Now that you have a rough idea of the kind of job you’re looking for, it’s time to begin smoothing out the edges. Firstly, you’ll need to start making some more focused decisions about the problem domain you find most interesting. A problem domain is a more general classification of the work you’ll be involved in, devoid of specific tools and technologies like the IDEs, programming languages or frameworks you’ll be using. Example problem domains could be: audio/graphics engineering, web development, or game programming, with subdomains such as: low-level audio/graphics engine development, client-side user interface design, and game physics engineering.
A really great way to discover what kinds of domains are available is to have a look at what the companies around you are doing. Even if you don’t end up working for any of them, this exercise can give you a pretty good idea of the types of companies you could work for, and the services they provide. Just as important as finding out what interests you, is finding out what does not. You may have a preconception about your interest in a specific domain, but find by looking at its leading companies, that you wouldn’t feel at home in any of them. Perhaps you don’t share the views you read in their mission statements, or perhaps the products they make downright bore you. The point is, if enough companies within a particular problem domain don’t interest you, it’s likely you’ll struggle to find one that does.
As far as company directories go, I found LinkedIn.com to be the most complete and user-friendly directory on the web. You can start by typing a few keywords that describe your target domain into the search bar, such as: “web development” or “audio engineering”, then filtering the results by “Companies”. There are a lot of other useful filter options available such as: company size, industry, and location, but again, the companies you’re researching here don’t have to be companies you end up working for, nor do they even have to be nearby. The purpose of this exercise is to find the types of companies you’re interested in, not necessarily the company itself.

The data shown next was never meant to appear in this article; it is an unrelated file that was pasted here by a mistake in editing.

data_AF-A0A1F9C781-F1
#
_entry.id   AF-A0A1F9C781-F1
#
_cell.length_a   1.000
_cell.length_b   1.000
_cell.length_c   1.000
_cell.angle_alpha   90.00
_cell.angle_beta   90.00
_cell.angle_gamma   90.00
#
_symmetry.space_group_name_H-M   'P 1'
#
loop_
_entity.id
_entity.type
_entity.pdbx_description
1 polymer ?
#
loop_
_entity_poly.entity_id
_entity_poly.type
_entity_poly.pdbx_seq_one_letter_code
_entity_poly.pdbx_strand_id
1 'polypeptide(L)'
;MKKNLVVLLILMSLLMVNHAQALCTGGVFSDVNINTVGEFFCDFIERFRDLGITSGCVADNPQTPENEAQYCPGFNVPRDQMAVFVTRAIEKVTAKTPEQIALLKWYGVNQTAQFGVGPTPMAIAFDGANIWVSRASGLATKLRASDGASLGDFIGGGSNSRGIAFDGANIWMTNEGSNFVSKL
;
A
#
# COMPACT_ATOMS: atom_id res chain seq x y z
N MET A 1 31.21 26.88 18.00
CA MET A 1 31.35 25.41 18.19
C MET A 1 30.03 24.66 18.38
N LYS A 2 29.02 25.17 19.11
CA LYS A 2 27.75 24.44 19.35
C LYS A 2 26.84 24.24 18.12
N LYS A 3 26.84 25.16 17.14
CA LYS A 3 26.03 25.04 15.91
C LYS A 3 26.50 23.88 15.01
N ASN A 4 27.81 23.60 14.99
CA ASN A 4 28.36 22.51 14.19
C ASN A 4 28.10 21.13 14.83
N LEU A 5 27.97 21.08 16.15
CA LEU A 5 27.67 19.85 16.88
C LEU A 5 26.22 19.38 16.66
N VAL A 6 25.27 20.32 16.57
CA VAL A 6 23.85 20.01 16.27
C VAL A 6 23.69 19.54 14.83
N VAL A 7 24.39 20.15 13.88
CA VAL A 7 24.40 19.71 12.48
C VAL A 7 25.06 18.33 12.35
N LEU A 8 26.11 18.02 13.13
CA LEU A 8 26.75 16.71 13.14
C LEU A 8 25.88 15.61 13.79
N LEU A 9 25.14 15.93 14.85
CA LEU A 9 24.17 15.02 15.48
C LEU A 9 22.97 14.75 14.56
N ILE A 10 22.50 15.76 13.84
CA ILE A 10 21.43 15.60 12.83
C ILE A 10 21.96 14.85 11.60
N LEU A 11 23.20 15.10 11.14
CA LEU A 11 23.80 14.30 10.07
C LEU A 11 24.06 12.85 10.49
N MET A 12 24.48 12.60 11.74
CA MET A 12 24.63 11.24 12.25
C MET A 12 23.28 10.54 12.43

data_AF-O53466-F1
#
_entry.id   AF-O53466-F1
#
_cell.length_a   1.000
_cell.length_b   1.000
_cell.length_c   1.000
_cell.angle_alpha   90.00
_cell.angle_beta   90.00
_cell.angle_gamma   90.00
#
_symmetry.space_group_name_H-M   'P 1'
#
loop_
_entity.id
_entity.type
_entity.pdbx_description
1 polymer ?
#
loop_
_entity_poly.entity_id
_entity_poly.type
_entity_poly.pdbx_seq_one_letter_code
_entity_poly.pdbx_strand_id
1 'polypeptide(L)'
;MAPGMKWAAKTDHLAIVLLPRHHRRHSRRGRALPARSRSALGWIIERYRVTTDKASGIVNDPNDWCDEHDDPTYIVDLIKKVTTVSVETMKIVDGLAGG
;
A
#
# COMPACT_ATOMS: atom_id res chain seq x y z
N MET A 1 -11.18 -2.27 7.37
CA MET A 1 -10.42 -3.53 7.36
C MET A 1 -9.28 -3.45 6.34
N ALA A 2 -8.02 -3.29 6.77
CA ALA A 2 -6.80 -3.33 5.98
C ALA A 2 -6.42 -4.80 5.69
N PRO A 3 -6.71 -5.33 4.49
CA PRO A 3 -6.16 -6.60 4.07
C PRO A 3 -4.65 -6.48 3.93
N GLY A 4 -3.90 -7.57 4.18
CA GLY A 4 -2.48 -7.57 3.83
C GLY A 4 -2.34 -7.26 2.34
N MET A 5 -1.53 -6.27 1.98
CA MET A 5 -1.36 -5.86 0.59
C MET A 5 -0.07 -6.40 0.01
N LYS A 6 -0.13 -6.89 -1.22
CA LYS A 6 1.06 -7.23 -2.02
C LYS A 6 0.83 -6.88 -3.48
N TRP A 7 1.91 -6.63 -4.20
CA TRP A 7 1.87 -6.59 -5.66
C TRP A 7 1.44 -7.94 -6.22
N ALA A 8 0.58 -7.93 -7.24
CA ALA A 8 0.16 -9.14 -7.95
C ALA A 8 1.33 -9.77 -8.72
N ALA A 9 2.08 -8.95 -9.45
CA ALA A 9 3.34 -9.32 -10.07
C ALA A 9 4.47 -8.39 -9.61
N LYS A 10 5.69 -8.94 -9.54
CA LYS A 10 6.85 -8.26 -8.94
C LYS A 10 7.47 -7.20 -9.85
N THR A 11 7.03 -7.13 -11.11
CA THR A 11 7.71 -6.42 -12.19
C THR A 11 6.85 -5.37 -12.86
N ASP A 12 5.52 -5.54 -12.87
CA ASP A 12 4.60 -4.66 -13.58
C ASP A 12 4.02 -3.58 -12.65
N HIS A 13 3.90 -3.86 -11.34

You may need to adjust your search criteria a couple of times in order to nail down the domain that most interests you, but once you do, pick out a few companies that catch your attention, and start reading into what they’re all about. Open their LinkedIn profiles, follow their website links, and if you happen to come across any open source companies, browse some of their code. As you encounter any interesting technologies and subdomains mentioned on these pages, add them to the list of job characteristics we began in the previous step. If you see them showing up across multiple companies, mark them with an asterisk to note their particular importance. It’s also worth taking the time now to update and filter out any items on the list that you may clarify or change your mind about during this process.